Hong Kong Buys HK$11.697 Billion to Defend Currency Peg System
Comment of the Day

October 13 2022

Commentary by Eoin Treacy

Hong Kong Buys HK$11.697 Billion to Defend Currency Peg System

The Hong Kong Monetary Authority buys HK$11.697 billion ($1.5 billion) to manage the city’s currency peg for Oct. 14 settlement, according to the de facto central bank’s page on Bloomberg.

Aggregate balance will decrease to about HK$106.6 billion on Oct. 14

Eoin Treacy's view

The strength of the Dollar and the Fed’s policy of raising rates has put a lot of pressure on the Hong Kong Monetary Authority to sustain the Hong Kong Dollar’s peg. The rate has been bumping up against the HK7.85 level for much of the last year in a repeat of the 2018/19 weakness.

Interbank liquidity is falling back towards the lows posted in late 2019. At the same time foreign currency reserves have fallen by about $100 billion this year as the cost of defending the peg ratchets up.

The big fear since the handover has been that China would move to dispense with the one-party, two systems approach. The introduction of the security law was a big step in that direction. Now with property prices deteriorating and the Renminbi/Hong Kong Dollar falling back toward parity, the topic of how long the Hong Kong Dollar will be allowed to exist will come back to the fore.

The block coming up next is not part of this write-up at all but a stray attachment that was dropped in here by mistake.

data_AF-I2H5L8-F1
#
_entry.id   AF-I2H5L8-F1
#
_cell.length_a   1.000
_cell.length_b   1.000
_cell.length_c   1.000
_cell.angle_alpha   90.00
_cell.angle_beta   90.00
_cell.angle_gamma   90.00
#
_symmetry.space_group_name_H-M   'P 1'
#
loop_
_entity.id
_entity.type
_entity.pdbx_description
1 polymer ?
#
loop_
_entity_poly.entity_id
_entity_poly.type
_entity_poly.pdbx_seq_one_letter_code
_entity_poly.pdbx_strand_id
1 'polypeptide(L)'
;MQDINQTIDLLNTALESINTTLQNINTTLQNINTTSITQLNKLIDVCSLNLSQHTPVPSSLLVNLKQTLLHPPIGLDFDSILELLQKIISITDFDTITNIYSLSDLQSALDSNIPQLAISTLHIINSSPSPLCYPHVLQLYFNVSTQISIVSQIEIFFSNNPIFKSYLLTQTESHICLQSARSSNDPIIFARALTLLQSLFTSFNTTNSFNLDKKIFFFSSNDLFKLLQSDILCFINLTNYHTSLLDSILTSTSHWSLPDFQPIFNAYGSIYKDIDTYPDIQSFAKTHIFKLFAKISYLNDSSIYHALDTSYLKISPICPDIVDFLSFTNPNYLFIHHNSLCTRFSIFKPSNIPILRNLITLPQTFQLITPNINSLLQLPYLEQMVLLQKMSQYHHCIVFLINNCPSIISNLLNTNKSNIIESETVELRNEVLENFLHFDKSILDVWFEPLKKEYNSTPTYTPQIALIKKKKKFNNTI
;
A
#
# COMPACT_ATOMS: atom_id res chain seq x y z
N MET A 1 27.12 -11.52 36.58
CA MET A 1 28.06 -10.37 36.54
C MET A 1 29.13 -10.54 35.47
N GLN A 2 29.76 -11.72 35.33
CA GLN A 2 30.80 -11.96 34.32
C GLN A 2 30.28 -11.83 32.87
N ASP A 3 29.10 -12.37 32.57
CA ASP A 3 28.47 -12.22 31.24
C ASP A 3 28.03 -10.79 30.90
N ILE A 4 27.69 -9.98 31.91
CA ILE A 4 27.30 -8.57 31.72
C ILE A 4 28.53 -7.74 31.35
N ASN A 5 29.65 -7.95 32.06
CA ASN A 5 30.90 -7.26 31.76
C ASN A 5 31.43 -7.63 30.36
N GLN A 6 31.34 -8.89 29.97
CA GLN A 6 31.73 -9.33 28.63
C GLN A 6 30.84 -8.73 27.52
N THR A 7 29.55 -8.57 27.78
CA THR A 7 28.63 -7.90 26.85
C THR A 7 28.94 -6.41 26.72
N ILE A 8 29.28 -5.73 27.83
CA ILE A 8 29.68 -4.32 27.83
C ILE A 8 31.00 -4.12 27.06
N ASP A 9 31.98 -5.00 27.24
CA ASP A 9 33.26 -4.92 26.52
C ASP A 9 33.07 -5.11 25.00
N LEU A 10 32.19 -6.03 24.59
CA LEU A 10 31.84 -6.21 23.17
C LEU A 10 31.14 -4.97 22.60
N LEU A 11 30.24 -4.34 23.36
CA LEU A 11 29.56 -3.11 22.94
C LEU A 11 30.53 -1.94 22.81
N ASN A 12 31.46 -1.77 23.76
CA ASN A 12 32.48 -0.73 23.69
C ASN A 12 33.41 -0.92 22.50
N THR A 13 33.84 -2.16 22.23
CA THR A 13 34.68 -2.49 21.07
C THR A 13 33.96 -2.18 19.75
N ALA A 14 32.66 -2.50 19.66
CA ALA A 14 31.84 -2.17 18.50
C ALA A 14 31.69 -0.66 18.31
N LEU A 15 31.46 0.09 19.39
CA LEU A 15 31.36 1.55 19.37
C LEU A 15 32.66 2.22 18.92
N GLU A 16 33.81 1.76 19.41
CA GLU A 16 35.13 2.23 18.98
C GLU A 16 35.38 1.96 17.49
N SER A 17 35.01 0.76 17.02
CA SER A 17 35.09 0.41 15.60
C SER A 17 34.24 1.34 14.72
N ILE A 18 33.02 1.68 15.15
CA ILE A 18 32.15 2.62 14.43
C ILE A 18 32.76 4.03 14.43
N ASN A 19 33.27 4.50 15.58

China is unlikely to force the issue and the HKMA still has $400 billion to defend the Dollar peg. However, in the event of a liquidity crisis, where the peg comes under existential threat and the two currencies are close to parity, it is not inconceivable that China will absorb Hong Kong’s monetary system and redenominate all credits and debits.

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